On the role of the board (in response to Mueth and Meeks).

Michael Meeks:
>         Even if the board makes no significant technical decisions,
> which I remain extremely unconvinced about, I maintain that hackers[1]
> better represent the Gnome community than any other.


The board can try to gently influence the technical direction, but it
can not direct it expect for very specialized cases. I know this from
successes and failures in the Debian organization. Volunteers will respond
to technical argument and, to a lesser degree, to a respected technical
leader like Miguel because they trust his _technical_ judgement. They
won't be told how to program by a business manager or a committee,
they will rise up in rebellion if you try.

In contrast, if the foundation has money to spend on implementation done
by paid employees, it can say more about how the work is done. However,
even in that case the volunteer developers should be the ones designing
the specification if it's at all possible, or they will feel they are
losing control of the project and are likely to walk off. Also, even
paid employees don't like having a business manager or committee tell
them what to do except in the most broad terms, because they are almost
always closer to the project and know better what to do.

However, I _do_ think we need a hacker ethos on the board, and particularly,
a Free Software hacker ethos. A person with that sort of ethos will best
represent the GNOME project. However, the fact that people on the board
manifest a Free Software hacker ethos does not necessarily mean that they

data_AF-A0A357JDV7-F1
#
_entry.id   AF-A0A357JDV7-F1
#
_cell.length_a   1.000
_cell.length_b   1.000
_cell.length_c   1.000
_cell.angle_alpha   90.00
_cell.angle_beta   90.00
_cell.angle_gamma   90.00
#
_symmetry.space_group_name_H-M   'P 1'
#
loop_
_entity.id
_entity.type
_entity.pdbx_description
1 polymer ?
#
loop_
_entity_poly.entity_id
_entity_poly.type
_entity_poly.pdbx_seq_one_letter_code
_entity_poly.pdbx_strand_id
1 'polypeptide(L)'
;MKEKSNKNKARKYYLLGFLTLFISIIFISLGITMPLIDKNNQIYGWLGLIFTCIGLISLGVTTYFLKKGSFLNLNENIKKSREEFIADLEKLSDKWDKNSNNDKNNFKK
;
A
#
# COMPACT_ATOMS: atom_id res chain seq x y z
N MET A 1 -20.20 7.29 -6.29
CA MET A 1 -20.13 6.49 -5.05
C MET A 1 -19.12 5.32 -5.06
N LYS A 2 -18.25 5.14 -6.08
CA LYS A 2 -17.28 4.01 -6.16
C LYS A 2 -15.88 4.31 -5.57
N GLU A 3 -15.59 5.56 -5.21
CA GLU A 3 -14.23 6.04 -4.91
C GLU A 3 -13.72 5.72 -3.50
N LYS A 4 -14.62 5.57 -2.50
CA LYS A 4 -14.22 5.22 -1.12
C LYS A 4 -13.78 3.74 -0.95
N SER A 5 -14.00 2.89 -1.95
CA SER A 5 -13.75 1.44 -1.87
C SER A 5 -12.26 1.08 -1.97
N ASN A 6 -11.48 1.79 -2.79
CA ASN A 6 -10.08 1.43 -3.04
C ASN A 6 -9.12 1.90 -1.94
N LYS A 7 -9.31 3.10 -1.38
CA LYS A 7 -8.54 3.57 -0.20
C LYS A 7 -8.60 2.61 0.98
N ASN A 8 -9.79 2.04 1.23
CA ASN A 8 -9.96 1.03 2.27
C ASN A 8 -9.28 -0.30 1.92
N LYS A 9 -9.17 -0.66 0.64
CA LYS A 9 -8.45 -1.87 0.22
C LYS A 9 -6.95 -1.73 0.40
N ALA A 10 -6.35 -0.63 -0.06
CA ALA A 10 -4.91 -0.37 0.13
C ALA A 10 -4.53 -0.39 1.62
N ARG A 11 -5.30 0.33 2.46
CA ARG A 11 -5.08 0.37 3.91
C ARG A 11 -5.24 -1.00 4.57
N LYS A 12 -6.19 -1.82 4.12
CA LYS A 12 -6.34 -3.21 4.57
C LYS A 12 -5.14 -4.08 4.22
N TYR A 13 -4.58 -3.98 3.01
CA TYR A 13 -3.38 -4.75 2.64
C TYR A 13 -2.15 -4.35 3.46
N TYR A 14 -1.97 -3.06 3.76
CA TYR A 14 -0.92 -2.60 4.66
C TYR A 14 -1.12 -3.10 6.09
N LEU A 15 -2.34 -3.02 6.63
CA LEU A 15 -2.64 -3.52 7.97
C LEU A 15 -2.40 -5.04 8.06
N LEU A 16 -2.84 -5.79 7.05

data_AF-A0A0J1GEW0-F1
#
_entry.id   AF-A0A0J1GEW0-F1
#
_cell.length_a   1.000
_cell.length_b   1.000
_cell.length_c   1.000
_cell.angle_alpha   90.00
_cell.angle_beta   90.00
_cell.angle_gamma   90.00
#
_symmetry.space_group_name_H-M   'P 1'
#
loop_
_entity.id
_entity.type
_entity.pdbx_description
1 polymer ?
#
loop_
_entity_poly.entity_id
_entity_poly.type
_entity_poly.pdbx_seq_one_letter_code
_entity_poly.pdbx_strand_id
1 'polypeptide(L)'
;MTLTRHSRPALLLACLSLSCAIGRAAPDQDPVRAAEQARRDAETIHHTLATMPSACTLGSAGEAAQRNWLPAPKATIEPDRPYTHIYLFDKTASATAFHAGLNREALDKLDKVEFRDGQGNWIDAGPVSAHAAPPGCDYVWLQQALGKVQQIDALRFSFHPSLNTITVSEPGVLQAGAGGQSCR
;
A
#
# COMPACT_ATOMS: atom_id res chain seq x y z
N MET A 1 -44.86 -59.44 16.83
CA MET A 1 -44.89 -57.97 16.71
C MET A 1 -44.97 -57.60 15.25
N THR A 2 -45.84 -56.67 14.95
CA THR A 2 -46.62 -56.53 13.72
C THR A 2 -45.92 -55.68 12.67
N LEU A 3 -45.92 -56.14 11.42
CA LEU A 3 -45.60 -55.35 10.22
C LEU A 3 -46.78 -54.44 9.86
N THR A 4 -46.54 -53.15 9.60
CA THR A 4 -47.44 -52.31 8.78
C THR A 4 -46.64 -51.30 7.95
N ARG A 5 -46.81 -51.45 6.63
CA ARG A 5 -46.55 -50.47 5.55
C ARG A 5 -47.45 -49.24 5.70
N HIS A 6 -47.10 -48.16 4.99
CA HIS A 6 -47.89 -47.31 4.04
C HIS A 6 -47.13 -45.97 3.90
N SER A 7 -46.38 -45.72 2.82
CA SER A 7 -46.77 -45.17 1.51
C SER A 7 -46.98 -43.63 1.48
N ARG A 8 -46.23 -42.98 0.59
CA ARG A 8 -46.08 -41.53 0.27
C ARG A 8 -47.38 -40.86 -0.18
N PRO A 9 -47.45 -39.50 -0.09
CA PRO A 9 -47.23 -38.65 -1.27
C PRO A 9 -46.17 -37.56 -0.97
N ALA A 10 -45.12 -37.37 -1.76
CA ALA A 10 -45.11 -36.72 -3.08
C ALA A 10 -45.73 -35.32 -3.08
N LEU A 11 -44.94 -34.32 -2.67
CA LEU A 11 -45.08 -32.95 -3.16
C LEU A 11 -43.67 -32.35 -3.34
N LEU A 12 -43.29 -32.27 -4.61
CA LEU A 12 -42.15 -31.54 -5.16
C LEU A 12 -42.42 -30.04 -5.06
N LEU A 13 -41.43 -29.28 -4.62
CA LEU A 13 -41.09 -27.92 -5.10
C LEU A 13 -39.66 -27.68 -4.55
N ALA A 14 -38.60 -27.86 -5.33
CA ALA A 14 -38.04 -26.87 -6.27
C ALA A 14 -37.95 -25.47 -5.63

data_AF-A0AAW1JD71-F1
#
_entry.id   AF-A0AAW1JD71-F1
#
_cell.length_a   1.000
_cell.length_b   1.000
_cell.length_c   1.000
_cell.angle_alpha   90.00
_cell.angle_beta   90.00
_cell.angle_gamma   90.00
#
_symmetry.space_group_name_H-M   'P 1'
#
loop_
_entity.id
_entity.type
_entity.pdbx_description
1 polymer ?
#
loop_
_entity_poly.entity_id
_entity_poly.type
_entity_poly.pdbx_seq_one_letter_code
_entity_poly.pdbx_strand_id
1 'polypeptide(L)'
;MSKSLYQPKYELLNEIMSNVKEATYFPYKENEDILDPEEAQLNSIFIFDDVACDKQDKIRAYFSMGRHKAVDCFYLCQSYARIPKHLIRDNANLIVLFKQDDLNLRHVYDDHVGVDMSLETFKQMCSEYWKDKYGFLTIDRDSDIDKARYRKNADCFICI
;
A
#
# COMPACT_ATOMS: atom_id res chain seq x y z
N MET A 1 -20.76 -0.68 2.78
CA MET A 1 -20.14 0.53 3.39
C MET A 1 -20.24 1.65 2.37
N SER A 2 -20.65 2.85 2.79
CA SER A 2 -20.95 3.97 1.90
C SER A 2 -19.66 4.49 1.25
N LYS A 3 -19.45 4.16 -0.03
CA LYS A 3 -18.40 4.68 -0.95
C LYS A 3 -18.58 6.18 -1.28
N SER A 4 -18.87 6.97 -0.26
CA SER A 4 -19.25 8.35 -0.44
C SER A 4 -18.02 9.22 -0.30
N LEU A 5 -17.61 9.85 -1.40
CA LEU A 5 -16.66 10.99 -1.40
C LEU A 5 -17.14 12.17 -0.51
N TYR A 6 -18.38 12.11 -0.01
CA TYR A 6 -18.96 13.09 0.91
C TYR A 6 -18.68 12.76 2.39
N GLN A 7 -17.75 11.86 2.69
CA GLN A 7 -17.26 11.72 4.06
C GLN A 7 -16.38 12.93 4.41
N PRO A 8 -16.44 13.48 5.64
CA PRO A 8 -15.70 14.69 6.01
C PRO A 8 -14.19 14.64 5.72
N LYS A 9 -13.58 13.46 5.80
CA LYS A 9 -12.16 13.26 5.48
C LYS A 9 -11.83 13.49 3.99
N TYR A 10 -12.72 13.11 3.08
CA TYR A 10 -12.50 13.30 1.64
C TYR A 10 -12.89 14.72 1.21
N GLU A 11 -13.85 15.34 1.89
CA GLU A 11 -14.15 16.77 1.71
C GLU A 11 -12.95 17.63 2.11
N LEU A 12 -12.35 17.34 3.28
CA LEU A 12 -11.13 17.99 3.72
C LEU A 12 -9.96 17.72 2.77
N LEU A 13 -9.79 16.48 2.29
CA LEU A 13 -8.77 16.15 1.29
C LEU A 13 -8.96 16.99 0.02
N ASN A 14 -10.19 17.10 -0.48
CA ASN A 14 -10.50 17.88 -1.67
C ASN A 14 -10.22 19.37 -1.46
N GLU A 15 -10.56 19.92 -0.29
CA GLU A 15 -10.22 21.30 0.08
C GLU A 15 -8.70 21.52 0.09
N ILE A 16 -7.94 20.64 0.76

are immersed in GNOME development. That, with some people, could even be
a disadvantage because they would be tempted to use their board positions
to micromanage GNOME technical decisions.

Thus, I think we need hackers, but they should be hackers concerning
themselves with administrative, financial, business, and relationship
aspects of the GNOME when they are acting on the behalf of the board,
and they should resist the temptation to usurp from the developers the
technical leadership.

>         So in summary; I think the people best equipped to represent
> and lead the Gnome team are the technical[2] people who have so far 
> created what we have.

Yes and no. The technical experience is important but I would not want that
to keep a Bart Decrem off of the board - he's in sync with the ethos even
if he's not a big code contributor, _plus_ he has the sort of aptitudes that
the board needs. You could be the world's greatest coder and have no stomach
for the administrative side of the equation: we'd want you on the project but
you would probably not be comfortable on the board.

From: Dan Mueth <d-mueth uchicago edu>
> The GF sits on yet another side doing several things which
> no other part of GNOME does: working with the media, organizing conference
> participation, working with corporations who want to use/contribute to
> GNOME, outreach and education, addressing legal issues, generally acting
> as the "voice of GNOME".

Yes, and coordinating the defense of GNOME in patent lawsuits (we're getting
so popular that we'd better be ready for this), writing grants, funding
projects, and in general doing things that the typical hacker probably won't
want to be involved in.

In general I agree with Dan's argument, not quoted in its entirety here.



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